Did Humans Arrive In North America 10,000 Years Earlier Than Previously Thought?
Humans may have been living in North America 10,000 years earlier than previously suggested, a new study has proposed.
The team from the University of Montreal in Canada analyzed artifacts from the Bluefish Caves in Yukon, which lie in an area called Beringia, a dry mass of land now mostly found underwater.
The site stretched from Yukon to Alaska over the Bering Sea leading to Russia almost 24,000 years ago during the last ice age. The new testing suggested this as the time when humans lived near the caves, setting back 10,000 years the known timing of human entry into North America via the Bering Strait.
Once confirmed, the findings on the new carbon aging tests on the ancient animal bones — first discovered in the caves in the 1970s — would place the caves as the oldest known North American archeological site, and the bones would emerge on record as the earliest proof of human settlement there.
Analyzing 36,000 Bone Fragments
Archaeologist Jacques Cinq-Mars excavated the site from 1977 to 1987, radiocarbon-dating the animal bones and hypothesizing that humans settled in the area as far back as 30,000 years ago. But it was a controversial finding as there was no direct proof that the presence of the bones in the caves represented actual human activity.
After examining about 36,000 bone fragments from the same site for two years, the University of Montreal team saw marks of human activity in 15 bones and probable traces of the same activity in about 20 others.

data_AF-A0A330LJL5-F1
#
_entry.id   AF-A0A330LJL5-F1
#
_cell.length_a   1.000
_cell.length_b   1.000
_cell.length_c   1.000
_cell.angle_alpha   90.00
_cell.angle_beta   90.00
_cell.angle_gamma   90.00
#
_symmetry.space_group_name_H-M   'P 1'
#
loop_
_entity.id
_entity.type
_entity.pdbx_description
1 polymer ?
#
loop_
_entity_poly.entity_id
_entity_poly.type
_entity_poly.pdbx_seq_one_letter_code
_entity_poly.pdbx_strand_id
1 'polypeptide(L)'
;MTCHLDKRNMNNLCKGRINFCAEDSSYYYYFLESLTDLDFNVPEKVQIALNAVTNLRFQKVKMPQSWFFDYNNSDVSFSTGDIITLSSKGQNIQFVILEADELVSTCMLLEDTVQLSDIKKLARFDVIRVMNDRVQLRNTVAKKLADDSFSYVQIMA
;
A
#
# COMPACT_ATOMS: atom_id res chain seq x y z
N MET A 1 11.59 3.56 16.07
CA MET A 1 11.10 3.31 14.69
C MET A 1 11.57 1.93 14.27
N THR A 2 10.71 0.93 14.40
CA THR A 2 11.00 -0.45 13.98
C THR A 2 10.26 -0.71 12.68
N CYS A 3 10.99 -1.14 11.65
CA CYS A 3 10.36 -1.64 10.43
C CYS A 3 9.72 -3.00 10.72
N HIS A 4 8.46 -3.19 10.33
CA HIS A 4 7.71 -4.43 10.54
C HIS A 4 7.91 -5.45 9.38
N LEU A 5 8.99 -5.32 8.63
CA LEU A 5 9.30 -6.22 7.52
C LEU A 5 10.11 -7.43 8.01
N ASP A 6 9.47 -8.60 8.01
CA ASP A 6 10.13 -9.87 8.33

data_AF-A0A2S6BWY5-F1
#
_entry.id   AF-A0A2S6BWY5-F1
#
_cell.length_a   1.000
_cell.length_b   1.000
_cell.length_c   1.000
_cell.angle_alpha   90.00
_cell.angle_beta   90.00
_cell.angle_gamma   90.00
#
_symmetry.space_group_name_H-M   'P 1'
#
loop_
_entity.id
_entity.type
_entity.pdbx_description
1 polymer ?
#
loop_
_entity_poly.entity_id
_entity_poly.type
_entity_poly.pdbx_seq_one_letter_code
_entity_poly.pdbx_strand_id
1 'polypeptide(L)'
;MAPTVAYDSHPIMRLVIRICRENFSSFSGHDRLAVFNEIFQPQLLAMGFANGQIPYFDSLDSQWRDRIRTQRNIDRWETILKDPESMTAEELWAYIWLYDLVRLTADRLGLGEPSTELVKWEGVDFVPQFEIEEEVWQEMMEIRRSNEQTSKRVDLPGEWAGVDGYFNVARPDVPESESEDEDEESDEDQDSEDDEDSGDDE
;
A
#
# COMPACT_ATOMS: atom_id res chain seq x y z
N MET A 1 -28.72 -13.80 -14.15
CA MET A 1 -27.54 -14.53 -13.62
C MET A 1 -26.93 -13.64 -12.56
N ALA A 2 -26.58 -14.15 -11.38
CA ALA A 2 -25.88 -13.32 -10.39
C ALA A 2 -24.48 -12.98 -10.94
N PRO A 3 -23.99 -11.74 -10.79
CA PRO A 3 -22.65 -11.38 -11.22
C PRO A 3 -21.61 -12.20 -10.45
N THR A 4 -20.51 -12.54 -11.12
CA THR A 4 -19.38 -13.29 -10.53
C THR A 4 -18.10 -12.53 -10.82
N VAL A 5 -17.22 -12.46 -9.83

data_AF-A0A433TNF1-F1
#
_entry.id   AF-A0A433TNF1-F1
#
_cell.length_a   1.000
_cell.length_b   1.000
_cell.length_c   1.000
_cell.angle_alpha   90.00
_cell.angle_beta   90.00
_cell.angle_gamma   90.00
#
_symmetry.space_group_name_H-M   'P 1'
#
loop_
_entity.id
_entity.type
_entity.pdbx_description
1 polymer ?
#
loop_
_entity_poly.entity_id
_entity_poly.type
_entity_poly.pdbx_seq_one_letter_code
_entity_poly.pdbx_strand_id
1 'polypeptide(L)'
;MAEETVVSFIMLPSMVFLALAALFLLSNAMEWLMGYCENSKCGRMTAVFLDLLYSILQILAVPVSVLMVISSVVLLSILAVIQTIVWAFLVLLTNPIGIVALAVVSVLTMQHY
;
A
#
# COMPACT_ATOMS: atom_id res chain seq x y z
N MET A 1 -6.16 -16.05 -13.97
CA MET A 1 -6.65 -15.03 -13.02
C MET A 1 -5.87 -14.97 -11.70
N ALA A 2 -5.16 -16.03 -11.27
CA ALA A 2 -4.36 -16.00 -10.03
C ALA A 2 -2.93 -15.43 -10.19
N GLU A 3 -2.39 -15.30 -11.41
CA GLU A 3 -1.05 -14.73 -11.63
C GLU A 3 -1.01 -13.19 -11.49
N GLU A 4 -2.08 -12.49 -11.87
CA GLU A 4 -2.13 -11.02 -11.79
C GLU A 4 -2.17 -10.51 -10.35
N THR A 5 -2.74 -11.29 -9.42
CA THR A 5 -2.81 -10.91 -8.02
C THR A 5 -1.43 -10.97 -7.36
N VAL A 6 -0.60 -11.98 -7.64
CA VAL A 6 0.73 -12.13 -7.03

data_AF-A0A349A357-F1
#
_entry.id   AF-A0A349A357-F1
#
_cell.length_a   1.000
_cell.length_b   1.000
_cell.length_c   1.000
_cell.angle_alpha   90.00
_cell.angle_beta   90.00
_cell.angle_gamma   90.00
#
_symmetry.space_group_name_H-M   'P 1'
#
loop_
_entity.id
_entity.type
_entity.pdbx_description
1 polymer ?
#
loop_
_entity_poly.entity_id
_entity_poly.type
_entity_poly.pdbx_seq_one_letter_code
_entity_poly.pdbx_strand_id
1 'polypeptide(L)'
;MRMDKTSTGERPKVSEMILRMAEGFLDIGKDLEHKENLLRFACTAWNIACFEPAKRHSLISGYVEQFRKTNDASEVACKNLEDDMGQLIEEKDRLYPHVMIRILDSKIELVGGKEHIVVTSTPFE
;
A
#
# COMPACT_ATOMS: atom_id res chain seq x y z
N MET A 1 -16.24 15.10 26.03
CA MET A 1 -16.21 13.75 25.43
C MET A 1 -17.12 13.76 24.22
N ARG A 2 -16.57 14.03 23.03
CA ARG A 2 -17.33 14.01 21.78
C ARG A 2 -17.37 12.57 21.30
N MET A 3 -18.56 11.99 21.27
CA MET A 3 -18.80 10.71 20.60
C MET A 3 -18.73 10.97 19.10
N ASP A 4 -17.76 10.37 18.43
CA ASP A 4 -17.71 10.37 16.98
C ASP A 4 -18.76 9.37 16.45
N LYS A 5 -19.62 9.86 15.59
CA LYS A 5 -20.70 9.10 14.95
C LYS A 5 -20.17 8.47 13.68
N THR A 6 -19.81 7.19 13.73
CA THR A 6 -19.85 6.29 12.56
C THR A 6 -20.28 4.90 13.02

"We have lots of lines of evidence that are converging on what looks like quite a coherent story of what looks like human presence," said anthropologist and study author Ariane Burke, citing a series of straight, V-shaped lines on bone surfaces as made by stone tools meant for skinning animals.
Further Proof From Radiocarbon Dating
The team performed added testing via radiocarbon dating. A horse mandible, the oldest in the samples and displaying marks from a stone tool believed to have been used to remove the tongue, was radiocarbon-dated at 19,650 years and equated to 23,000 to 24,000 years ago.
Pollen found in the caves, too, was confirmed to be from the same time period.
According to Burke, certain findings in population genetics studies have demonstrated that a group of a few thousand people from Central Asia lived in Beringia — a massive region that stretched from the Northwest Territories’ Mackenzie River to Russia’s Lena River — isolated from other groups 24,000 years ago during the last ice age.
Their new results, she said, confirmed the standstill theory, which argued that the region was shut close from the rest of the continent by steppes and glaciers not conducive to humans. It was likely a place of refuge, the researcher added.
The isolation was also believed to result in their unique DNA that can still be traced in modern humans.
The findings were discussed in the journal PLoS One.
In June last year, bones of giant steppe bison and traces of their ice-age hunters have led scientists to conclude that early humans likely colonized North America south from Alaska along the Pacific coast, and not through the Rocky Mountains as previously believed.